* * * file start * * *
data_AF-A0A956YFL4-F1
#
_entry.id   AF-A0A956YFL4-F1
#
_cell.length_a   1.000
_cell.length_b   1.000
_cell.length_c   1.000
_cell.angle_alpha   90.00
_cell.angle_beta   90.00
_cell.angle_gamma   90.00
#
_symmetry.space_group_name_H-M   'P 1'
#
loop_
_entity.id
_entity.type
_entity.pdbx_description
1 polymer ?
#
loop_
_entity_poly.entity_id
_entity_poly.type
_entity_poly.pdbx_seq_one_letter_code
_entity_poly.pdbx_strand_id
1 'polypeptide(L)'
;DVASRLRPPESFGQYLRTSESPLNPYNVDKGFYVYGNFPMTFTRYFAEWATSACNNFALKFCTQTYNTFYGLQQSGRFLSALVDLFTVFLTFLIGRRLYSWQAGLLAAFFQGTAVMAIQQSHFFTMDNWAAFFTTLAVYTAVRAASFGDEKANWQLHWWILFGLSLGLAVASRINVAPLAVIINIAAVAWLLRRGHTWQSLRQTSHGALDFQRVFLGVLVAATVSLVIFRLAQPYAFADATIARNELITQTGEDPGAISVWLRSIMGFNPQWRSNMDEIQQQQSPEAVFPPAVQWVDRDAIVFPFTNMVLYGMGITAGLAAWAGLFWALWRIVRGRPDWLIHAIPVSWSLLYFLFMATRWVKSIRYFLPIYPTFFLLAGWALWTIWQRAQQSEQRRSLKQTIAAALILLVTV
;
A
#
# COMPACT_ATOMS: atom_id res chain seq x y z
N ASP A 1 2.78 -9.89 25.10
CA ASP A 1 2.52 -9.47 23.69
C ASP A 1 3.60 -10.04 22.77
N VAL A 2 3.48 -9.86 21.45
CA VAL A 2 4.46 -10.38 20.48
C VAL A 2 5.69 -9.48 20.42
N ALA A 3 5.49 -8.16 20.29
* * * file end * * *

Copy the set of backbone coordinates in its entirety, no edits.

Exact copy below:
data_AF-A0A956YFL4-F1
#
_entry.id   AF-A0A956YFL4-F1
#
_cell.length_a   1.000
_cell.length_b   1.000
_cell.length_c   1.000
_cell.angle_alpha   90.00
_cell.angle_beta   90.00
_cell.angle_gamma   90.00
#
_symmetry.space_group_name_H-M   'P 1'
#
loop_
_entity.id
_entity.type
_entity.pdbx_description
1 polymer ?
#
loop_
_entity_poly.entity_id
_entity_poly.type
_entity_poly.pdbx_seq_one_letter_code
_entity_poly.pdbx_strand_id
1 'polypeptide(L)'
;DVASRLRPPESFGQYLRTSESPLNPYNVDKGFYVYGNFPMTFTRYFAEWATSACNNFALKFCTQTYNTFYGLQQSGRFLSALVDLFTVFLTFLIGRRLYSWQAGLLAAFFQGTAVMAIQQSHFFTMDNWAAFFTTLAVYTAVRAASFGDEKANWQLHWWILFGLSLGLAVASRINVAPLAVIINIAAVAWLLRRGHTWQSLRQTSHGALDFQRVFLGVLVAATVSLVIFRLAQPYAFADATIARNELITQTGEDPGAISVWLRSIMGFNPQWRSNMDEIQQQQSPEAVFPPAVQWVDRDAIVFPFTNMVLYGMGITAGLAAWAGLFWALWRIVRGRPDWLIHAIPVSWSLLYFLFMATRWVKSIRYFLPIYPTFFLLAGWALWTIWQRAQQSEQRRSLKQTIAAALILLVTV
;
A
#
# COMPACT_ATOMS: atom_id res chain seq x y z
N ASP A 1 2.78 -9.89 25.10
CA ASP A 1 2.52 -9.47 23.69
C ASP A 1 3.60 -10.04 22.77
N VAL A 2 3.48 -9.86 21.45
CA VAL A 2 4.46 -10.38 20.48
C VAL A 2 5.69 -9.48 20.42
N ALA A 3 5.49 -8.16 20.29